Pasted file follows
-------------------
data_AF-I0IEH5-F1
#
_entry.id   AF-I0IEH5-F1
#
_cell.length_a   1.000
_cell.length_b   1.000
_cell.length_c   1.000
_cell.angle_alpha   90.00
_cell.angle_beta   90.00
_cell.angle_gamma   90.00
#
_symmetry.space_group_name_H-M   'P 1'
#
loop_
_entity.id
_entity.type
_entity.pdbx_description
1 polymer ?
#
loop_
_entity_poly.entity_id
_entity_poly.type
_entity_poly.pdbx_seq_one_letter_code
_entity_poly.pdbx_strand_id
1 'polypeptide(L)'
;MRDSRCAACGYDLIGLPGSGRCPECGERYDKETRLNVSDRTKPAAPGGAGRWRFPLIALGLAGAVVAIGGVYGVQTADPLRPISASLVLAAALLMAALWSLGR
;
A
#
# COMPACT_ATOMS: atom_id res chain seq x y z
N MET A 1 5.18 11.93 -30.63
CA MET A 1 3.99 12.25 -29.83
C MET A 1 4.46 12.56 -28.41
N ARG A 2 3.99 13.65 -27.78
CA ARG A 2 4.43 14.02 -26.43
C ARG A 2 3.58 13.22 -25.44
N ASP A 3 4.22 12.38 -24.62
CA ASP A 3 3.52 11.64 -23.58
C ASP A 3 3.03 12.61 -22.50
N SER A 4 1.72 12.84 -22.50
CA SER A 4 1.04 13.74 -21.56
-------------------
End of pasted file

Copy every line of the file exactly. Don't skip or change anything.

data_AF-I0IEH5-F1
#
_entry.id   AF-I0IEH5-F1
#
_cell.length_a   1.000
_cell.length_b   1.000
_cell.length_c   1.000
_cell.angle_alpha   90.00
_cell.angle_beta   90.00
_cell.angle_gamma   90.00
#
_symmetry.space_group_name_H-M   'P 1'
#
loop_
_entity.id
_entity.type
_entity.pdbx_description
1 polymer ?
#
loop_
_entity_poly.entity_id
_entity_poly.type
_entity_poly.pdbx_seq_one_letter_code
_entity_poly.pdbx_strand_id
1 'polypeptide(L)'
;MRDSRCAACGYDLIGLPGSGRCPECGERYDKETRLNVSDRTKPAAPGGAGRWRFPLIALGLAGAVVAIGGVYGVQTADPLRPISASLVLAAALLMAALWSLGR
;
A
#
# COMPACT_ATOMS: atom_id res chain seq x y z
N MET A 1 5.18 11.93 -30.63
CA MET A 1 3.99 12.25 -29.83
C MET A 1 4.46 12.56 -28.41
N ARG A 2 3.99 13.65 -27.78
CA ARG A 2 4.43 14.02 -26.43
C ARG A 2 3.58 13.22 -25.44
N ASP A 3 4.22 12.38 -24.62
CA ASP A 3 3.52 11.64 -23.58
C ASP A 3 3.03 12.61 -22.50
N SER A 4 1.72 12.84 -22.50
CA SER A 4 1.04 13.74 -21.56